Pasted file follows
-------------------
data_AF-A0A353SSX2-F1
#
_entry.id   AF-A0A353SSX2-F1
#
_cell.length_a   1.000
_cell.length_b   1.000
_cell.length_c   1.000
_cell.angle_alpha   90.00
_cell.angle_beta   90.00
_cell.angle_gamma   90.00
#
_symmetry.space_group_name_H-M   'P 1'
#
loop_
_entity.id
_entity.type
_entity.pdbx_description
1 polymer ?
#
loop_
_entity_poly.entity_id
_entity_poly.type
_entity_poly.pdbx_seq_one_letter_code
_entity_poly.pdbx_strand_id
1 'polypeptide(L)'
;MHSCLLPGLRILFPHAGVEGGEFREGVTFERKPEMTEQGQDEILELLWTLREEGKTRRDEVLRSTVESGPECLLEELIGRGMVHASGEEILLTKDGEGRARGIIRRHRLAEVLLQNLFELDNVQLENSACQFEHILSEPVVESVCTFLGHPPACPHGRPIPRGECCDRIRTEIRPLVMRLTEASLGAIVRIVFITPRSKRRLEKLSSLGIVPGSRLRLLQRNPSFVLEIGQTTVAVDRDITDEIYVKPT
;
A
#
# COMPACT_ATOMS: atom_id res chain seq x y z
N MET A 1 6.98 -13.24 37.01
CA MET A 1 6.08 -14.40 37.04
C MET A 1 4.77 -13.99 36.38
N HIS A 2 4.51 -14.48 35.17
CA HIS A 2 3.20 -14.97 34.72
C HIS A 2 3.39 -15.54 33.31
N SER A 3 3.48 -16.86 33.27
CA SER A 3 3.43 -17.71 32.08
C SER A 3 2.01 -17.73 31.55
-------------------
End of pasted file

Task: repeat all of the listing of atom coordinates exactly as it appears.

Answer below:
data_AF-A0A353SSX2-F1
#
_entry.id   AF-A0A353SSX2-F1
#
_cell.length_a   1.000
_cell.length_b   1.000
_cell.length_c   1.000
_cell.angle_alpha   90.00
_cell.angle_beta   90.00
_cell.angle_gamma   90.00
#
_symmetry.space_group_name_H-M   'P 1'
#
loop_
_entity.id
_entity.type
_entity.pdbx_description
1 polymer ?
#
loop_
_entity_poly.entity_id
_entity_poly.type
_entity_poly.pdbx_seq_one_letter_code
_entity_poly.pdbx_strand_id
1 'polypeptide(L)'
;MHSCLLPGLRILFPHAGVEGGEFREGVTFERKPEMTEQGQDEILELLWTLREEGKTRRDEVLRSTVESGPECLLEELIGRGMVHASGEEILLTKDGEGRARGIIRRHRLAEVLLQNLFELDNVQLENSACQFEHILSEPVVESVCTFLGHPPACPHGRPIPRGECCDRIRTEIRPLVMRLTEASLGAIVRIVFITPRSKRRLEKLSSLGIVPGSRLRLLQRNPSFVLEIGQTTVAVDRDITDEIYVKPT
;
A
#
# COMPACT_ATOMS: atom_id res chain seq x y z
N MET A 1 6.98 -13.24 37.01
CA MET A 1 6.08 -14.40 37.04
C MET A 1 4.77 -13.99 36.38
N HIS A 2 4.51 -14.48 35.17
CA HIS A 2 3.20 -14.97 34.72
C HIS A 2 3.39 -15.54 33.31
N SER A 3 3.48 -16.86 33.27
CA SER A 3 3.43 -17.71 32.08
C SER A 3 2.01 -17.73 31.55